Sunday, April 22, 2012

Wine and Wildflowers Art Show

I painted this past Saturday at the Sunday School Assembly in Monteagle, Tennessee, as part of the Trails and Trillium event. The Sunday School Assembly is a historic community of Victorian era summer homes, located at a relatively high elevation, where Nashville residents can escape the summer heat. For this reason, this summer getaway is also known as "The Chautauqua of the South." That Saturday, the weather and location were a magical combination. In the morning and late afternoon, the ornate cottages and gardens were veiled in cool mist, transforming this Tennessee location in to a storybook scene from Victorian England. We painters had to emerge from the misty fantasy by 3:30 pm to prepare for the art show that evening—Wine and Wildflowers. That show was a success, raising $3,600 in paintings sales…in just two hours! Forty-five percent of the proceeds will go toward preservation of the Cumberland State Parks. The painting shown below was part of the show; it depicts one of the vistas in the Cumberland State Parks. 
"Savage Gulf" - 15x30
This is the largest landscape I have painted in oil to date. I first painted a 5x10 paint sketch from a photo. I then painted in the main blocks of color onto the 15x30 panel, using the sketch as a reference. Next, I painted details from the photo, stepping back frequently to get a better view of the whole. 

At the art show, a geology professor pointed out that I had paid sound attention to detail in the sandstone rock structures. For example, there's a small area of diagonally slanted layers that indicate the direction of the water current that had been depositing the sediments, many eons ago. The geologist appreciated that I had not "glossed over" that detail. I asked additional questions about the geological history of this land, and if I remember his explanation correctly, this valley had formed when underlying magma pushed portions of the sandstone crust upward, breaking off the edges and forming the cliff faces. So that explains the shape of the valley and cliffs. As for the colors, the orange-tinted rock sections are the more recently exposed rock faces, with iron oxide creating the rust color. The grayish-blue rocks have been exposed to the air for a much longer period of time; the long ages of weathering caused them to lose the orange tint. I appreciate the scientific insights that complimented what I had created from my purely visual observations!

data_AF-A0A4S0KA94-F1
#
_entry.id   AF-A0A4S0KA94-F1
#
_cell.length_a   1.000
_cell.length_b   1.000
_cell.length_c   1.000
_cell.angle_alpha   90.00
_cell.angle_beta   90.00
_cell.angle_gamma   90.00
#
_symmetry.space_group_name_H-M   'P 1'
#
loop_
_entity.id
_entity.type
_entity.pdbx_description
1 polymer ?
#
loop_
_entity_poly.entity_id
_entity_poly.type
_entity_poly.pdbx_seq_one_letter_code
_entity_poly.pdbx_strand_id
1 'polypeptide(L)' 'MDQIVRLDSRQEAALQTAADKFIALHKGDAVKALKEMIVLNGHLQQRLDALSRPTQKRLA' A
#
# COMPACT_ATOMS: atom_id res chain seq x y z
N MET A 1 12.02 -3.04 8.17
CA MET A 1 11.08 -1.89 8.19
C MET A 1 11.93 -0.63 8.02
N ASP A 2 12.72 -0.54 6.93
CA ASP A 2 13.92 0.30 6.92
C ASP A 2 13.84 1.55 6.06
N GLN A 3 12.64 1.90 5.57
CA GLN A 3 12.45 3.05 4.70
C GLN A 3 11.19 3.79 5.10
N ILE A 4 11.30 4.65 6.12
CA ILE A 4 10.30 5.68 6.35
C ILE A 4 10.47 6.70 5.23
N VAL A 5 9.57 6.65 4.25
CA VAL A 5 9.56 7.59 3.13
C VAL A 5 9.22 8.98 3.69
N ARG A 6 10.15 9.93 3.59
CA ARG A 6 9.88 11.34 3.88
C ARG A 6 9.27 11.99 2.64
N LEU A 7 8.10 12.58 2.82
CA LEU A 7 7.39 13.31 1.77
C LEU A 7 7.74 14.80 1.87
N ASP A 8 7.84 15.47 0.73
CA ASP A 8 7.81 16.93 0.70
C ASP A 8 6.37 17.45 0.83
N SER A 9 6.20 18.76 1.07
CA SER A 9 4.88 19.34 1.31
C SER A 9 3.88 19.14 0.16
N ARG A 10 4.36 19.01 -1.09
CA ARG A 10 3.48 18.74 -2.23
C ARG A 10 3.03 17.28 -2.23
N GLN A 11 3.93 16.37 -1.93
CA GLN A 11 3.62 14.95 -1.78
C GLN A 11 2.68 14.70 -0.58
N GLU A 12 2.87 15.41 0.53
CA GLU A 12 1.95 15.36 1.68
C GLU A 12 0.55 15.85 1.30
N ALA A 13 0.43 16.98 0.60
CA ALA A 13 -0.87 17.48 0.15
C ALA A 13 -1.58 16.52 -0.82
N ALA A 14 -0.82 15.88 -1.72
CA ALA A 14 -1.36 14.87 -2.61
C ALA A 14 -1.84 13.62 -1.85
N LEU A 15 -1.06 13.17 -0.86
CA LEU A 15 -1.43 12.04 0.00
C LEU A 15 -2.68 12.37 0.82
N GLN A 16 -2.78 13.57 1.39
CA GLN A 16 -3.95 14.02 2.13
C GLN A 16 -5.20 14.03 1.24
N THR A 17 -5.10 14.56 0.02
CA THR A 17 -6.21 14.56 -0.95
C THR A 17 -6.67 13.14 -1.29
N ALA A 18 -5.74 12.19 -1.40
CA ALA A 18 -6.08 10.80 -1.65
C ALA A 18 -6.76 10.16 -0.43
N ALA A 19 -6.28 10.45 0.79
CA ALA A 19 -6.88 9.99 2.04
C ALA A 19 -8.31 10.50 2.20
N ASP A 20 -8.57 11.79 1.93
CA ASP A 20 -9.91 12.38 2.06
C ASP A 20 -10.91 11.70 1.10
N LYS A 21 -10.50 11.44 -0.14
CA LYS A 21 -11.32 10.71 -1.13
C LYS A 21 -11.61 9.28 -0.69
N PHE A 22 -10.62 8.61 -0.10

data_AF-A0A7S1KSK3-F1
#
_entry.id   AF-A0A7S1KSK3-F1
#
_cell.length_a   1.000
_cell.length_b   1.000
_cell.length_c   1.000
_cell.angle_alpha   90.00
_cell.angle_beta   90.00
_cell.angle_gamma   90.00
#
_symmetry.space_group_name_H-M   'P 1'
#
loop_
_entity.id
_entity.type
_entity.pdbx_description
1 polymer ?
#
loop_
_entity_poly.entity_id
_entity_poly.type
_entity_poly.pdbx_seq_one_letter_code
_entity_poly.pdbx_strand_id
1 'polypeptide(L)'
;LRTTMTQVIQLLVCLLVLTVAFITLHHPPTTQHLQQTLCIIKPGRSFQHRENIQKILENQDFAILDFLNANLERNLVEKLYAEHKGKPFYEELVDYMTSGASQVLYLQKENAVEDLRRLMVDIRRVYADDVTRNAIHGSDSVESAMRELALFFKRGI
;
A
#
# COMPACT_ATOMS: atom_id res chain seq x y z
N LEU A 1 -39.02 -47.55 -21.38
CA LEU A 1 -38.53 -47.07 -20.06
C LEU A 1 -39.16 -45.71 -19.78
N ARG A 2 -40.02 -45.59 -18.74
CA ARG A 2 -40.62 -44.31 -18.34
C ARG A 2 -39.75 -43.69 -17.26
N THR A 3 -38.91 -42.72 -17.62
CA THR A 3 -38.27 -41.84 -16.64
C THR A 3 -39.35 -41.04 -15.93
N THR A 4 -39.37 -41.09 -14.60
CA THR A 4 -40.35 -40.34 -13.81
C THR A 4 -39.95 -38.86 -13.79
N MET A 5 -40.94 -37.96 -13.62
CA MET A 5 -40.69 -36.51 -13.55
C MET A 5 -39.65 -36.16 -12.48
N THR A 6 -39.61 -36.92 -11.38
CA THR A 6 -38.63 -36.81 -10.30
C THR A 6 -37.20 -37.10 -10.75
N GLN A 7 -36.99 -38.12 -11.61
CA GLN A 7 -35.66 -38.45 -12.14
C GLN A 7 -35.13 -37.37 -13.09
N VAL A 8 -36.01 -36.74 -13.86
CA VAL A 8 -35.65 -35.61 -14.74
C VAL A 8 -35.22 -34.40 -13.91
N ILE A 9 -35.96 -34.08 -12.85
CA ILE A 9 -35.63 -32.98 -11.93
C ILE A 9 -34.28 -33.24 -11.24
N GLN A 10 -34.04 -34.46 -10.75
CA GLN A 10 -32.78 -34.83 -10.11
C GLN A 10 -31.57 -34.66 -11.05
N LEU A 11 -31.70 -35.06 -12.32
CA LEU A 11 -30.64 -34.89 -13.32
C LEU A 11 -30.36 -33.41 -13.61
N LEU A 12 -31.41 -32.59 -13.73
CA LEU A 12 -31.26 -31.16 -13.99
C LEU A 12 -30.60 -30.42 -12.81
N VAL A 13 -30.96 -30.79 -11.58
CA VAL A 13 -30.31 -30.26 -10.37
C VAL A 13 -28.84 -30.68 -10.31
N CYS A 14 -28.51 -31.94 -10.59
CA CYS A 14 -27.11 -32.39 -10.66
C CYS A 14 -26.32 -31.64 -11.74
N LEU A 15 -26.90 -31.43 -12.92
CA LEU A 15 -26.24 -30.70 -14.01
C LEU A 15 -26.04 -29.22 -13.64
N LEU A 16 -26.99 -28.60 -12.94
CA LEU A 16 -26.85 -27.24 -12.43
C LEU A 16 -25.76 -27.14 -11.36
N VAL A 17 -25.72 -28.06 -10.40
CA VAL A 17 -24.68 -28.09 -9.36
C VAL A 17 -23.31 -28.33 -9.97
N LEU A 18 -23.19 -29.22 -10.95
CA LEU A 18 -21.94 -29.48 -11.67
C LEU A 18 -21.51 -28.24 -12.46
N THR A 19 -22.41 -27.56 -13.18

"Warren Point" - 8x10 - Sold!
I painted this one 100% plein air. I love when I get finished on the spot and don't have to spend any time touching up!

"Rhododendrons" - 8x10
Also 100% plein air. I painted this one on the day of the art sale, during a few hours of partial sunlight that occurred late morning/mid-day.

"Duet" - 6x8
Also painted plein air, in about an hour. I finished at 4 pm, past the cut-off for finishing paintings, with barely enough time to get my paintings framed and set up in the show! Not to mention getting myself ready, and changing out of my grungy clothes…

Here are some photos from that weekend:
Painting an imposing rhododendron shrub, which nearly covered the entire front of a cottage.
I'm posing for a sweet lady who passed by and chatted for a bit....she is also an artist, and wanted a picture of me standing in front of the cottage behind me, which was once her summer home.
Framing paintings on my trunk. (photo by Claudia Williams)

Musicians scurry by with their music stands and equipment, preparing for their night of making music at the show, as we painters hurriedly frame our wet paintings in the parking lot. (photo by Bitsy King)
Sunday morning, I went back to the Assembly to take photos. 8:30 am sunlight pours over the rhododendrons.

Cottage photos from Sunday morning: